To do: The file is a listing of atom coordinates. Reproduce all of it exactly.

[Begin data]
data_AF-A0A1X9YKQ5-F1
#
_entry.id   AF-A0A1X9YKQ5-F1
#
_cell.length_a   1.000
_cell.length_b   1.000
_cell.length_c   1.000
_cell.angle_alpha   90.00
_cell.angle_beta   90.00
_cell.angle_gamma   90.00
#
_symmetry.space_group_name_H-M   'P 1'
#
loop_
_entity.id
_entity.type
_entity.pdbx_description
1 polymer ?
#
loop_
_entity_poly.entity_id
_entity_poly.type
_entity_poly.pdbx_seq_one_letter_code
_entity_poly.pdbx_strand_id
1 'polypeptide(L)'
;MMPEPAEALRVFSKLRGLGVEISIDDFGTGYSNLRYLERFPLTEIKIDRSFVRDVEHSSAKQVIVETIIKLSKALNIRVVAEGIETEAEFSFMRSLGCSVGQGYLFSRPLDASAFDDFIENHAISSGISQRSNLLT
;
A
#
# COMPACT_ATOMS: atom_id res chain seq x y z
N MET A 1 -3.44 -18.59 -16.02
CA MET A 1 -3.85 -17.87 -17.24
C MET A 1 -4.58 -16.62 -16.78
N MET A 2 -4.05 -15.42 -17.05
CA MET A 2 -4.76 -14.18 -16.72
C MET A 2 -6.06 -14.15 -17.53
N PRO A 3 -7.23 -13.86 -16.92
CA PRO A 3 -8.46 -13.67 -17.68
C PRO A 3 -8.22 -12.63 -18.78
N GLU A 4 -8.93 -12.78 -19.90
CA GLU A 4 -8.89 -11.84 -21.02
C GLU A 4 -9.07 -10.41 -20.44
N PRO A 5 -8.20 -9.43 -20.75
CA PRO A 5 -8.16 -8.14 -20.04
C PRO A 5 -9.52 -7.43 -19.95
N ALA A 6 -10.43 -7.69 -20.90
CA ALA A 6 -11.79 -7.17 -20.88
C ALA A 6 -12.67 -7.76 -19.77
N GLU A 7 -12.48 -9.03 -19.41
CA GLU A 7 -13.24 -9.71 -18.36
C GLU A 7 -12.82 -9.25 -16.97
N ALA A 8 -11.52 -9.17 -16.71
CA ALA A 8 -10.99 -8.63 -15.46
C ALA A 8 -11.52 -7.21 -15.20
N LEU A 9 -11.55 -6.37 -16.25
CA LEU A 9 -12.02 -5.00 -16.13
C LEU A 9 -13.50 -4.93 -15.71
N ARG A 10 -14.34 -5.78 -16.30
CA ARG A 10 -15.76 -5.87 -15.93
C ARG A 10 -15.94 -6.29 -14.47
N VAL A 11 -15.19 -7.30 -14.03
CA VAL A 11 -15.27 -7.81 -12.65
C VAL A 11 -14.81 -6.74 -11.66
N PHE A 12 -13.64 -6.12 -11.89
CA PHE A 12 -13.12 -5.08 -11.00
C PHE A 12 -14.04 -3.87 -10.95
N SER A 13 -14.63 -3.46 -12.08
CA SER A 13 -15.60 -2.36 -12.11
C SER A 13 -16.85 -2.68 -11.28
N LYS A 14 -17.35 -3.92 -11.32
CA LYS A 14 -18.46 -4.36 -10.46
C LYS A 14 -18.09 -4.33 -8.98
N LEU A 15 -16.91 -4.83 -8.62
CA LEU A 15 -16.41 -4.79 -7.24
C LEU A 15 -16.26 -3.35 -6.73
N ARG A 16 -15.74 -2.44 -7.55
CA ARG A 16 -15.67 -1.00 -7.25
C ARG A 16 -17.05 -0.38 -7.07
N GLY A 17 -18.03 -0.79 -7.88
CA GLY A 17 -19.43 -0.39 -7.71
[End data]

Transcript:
data_AF-A0A1X9YKQ5-F1
#
_entry.id   AF-A0A1X9YKQ5-F1
#
_cell.length_a   1.000
_cell.length_b   1.000
_cell.length_c   1.000
_cell.angle_alpha   90.00
_cell.angle_beta   90.00
_cell.angle_gamma   90.00
#
_symmetry.space_group_name_H-M   'P 1'
#
loop_
_entity.id
_entity.type
_entity.pdbx_description
1 polymer ?
#
loop_
_entity_poly.entity_id
_entity_poly.type
_entity_poly.pdbx_seq_one_letter_code
_entity_poly.pdbx_strand_id
1 'polypeptide(L)'
;MMPEPAEALRVFSKLRGLGVEISIDDFGTGYSNLRYLERFPLTEIKIDRSFVRDVEHSSAKQVIVETIIKLSKALNIRVVAEGIETEAEFSFMRSLGCSVGQGYLFSRPLDASAFDDFIENHAISSGISQRSNLLT
;
A
#
# COMPACT_ATOMS: atom_id res chain seq x y z
N MET A 1 -3.44 -18.59 -16.02
CA MET A 1 -3.85 -17.87 -17.24
C MET A 1 -4.58 -16.62 -16.78
N MET A 2 -4.05 -15.42 -17.05
CA MET A 2 -4.76 -14.18 -16.72
C MET A 2 -6.06 -14.15 -17.53
N PRO A 3 -7.23 -13.86 -16.92
CA PRO A 3 -8.46 -13.67 -17.68
C PRO A 3 -8.22 -12.63 -18.78
N GLU A 4 -8.93 -12.78 -19.90
CA GLU A 4 -8.89 -11.84 -21.02
C GLU A 4 -9.07 -10.41 -20.44
N PRO A 5 -8.20 -9.43 -20.75
CA PRO A 5 -8.16 -8.14 -20.04
C PRO A 5 -9.52 -7.43 -19.95
N ALA A 6 -10.43 -7.69 -20.90
CA ALA A 6 -11.79 -7.17 -20.88
C ALA A 6 -12.67 -7.76 -19.77
N GLU A 7 -12.48 -9.03 -19.41
CA GLU A 7 -13.24 -9.71 -18.36
C GLU A 7 -12.82 -9.25 -16.97
N ALA A 8 -11.52 -9.17 -16.71
CA ALA A 8 -10.99 -8.63 -15.46
C ALA A 8 -11.52 -7.21 -15.20
N LEU A 9 -11.55 -6.37 -16.25
CA LEU A 9 -12.02 -5.00 -16.13
C LEU A 9 -13.50 -4.93 -15.71
N ARG A 10 -14.34 -5.78 -16.30
CA ARG A 10 -15.76 -5.87 -15.93
C ARG A 10 -15.94 -6.29 -14.47
N VAL A 11 -15.19 -7.30 -14.03
CA VAL A 11 -15.27 -7.81 -12.65
C VAL A 11 -14.81 -6.74 -11.66
N PHE A 12 -13.64 -6.12 -11.89
CA PHE A 12 -13.12 -5.08 -11.00
C PHE A 12 -14.04 -3.87 -10.95
N SER A 13 -14.63 -3.46 -12.08
CA SER A 13 -15.60 -2.36 -12.11
C SER A 13 -16.85 -2.68 -11.28
N LYS A 14 -17.35 -3.92 -11.32
CA LYS A 14 -18.46 -4.36 -10.46
C LYS A 14 -18.09 -4.33 -8.98
N LEU A 15 -16.91 -4.83 -8.62
CA LEU A 15 -16.41 -4.79 -7.24
C LEU A 15 -16.26 -3.35 -6.73
N ARG A 16 -15.74 -2.44 -7.55
CA ARG A 16 -15.67 -1.00 -7.25
C ARG A 16 -17.05 -0.38 -7.07
N GLY A 17 -18.03 -0.79 -7.88
CA GLY A 17 -19.43 -0.39 -7.71